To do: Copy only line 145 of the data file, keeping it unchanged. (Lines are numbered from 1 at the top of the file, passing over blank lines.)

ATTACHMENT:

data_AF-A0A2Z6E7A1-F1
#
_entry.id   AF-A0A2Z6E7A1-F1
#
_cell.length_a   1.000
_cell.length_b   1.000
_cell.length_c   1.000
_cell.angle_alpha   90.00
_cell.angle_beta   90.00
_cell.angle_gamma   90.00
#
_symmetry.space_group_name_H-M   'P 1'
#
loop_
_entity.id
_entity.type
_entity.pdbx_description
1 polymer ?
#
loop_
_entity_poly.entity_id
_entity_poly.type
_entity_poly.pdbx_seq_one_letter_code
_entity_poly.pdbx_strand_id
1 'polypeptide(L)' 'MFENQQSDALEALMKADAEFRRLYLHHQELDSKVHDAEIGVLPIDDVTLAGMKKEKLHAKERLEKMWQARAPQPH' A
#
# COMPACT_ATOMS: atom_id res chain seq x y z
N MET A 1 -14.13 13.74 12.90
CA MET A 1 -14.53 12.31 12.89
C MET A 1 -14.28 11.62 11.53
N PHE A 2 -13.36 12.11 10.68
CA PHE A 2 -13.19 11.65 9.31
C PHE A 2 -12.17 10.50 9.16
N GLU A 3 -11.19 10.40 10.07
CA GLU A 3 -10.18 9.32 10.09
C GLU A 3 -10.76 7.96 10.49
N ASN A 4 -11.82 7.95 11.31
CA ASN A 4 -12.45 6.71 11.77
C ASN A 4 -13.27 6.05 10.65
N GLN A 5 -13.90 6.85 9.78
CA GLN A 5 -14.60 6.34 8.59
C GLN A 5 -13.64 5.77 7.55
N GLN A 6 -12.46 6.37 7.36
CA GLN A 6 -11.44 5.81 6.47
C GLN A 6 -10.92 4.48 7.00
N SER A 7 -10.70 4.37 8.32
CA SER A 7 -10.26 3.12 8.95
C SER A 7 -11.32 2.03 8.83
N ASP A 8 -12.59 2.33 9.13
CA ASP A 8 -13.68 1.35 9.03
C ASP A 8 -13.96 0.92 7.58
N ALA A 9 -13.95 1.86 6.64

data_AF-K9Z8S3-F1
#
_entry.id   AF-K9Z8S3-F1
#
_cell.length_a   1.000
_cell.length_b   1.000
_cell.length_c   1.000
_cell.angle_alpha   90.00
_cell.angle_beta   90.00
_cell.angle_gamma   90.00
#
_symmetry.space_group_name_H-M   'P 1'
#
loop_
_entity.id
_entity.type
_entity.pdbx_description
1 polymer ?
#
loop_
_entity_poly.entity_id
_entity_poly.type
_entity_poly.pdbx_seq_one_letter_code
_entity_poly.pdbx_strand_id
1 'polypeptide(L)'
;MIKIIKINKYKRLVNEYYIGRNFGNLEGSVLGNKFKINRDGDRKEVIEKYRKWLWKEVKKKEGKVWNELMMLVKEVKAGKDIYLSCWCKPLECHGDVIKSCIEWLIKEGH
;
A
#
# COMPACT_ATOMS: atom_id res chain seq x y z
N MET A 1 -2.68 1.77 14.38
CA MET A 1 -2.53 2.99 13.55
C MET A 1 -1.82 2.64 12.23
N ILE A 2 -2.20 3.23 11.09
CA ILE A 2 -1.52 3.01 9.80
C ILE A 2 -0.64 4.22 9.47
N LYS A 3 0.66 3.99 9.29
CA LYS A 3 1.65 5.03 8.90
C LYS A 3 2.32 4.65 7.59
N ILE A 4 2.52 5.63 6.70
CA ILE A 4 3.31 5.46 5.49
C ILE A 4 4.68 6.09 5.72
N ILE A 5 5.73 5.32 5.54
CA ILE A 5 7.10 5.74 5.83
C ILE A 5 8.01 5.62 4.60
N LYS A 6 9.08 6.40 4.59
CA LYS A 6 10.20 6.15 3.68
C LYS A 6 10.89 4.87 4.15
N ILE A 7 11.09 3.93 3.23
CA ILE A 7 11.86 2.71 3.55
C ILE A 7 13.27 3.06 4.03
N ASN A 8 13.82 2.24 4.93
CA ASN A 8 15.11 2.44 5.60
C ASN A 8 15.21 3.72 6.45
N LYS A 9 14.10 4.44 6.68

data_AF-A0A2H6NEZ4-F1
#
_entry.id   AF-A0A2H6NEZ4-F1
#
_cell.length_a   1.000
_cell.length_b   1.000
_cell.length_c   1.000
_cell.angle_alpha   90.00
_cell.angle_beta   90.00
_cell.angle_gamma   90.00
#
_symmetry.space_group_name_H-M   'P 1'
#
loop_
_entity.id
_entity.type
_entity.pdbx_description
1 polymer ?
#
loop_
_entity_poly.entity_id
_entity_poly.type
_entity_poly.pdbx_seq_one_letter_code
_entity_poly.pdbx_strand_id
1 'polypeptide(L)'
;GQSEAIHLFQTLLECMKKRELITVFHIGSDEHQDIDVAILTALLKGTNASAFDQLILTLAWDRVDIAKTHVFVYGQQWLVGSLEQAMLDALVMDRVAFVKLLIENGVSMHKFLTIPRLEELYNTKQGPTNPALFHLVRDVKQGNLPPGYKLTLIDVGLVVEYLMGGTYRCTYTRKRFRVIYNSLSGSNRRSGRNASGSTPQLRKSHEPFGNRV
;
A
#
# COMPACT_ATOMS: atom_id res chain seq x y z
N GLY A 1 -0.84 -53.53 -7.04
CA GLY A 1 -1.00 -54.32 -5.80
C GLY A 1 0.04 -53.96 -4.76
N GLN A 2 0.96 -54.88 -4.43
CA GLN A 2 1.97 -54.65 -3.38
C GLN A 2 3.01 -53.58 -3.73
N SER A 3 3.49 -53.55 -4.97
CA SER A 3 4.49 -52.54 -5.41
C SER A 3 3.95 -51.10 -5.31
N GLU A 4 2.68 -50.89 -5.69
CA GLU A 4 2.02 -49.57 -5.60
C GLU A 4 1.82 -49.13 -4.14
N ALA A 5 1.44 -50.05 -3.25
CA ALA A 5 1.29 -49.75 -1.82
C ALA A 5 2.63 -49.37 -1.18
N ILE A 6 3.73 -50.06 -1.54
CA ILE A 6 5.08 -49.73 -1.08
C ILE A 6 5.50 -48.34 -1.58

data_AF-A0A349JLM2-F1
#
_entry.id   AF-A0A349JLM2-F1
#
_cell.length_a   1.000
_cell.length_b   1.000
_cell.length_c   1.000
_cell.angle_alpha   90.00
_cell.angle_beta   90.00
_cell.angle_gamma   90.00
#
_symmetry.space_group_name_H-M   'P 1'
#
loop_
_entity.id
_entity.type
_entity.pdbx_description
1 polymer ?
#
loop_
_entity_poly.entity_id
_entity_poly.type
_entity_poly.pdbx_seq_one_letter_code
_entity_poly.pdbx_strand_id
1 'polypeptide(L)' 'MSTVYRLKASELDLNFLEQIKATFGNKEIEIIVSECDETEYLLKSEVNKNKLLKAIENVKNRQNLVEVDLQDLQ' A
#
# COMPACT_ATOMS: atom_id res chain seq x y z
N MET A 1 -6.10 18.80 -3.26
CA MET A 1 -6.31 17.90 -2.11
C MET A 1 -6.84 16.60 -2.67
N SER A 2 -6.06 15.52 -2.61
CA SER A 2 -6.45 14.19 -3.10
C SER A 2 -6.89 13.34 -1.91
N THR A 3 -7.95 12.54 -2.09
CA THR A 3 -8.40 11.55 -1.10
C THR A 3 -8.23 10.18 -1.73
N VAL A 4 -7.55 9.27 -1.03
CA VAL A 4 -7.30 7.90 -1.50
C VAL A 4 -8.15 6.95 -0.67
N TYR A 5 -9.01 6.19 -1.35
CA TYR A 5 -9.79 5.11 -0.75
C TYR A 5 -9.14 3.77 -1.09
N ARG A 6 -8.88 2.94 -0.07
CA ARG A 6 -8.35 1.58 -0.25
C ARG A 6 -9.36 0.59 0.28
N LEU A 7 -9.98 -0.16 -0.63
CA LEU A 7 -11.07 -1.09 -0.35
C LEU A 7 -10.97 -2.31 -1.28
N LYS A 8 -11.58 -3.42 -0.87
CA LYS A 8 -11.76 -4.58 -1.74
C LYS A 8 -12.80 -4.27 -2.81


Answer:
CA SER A 3 4.49 -52.54 -5.41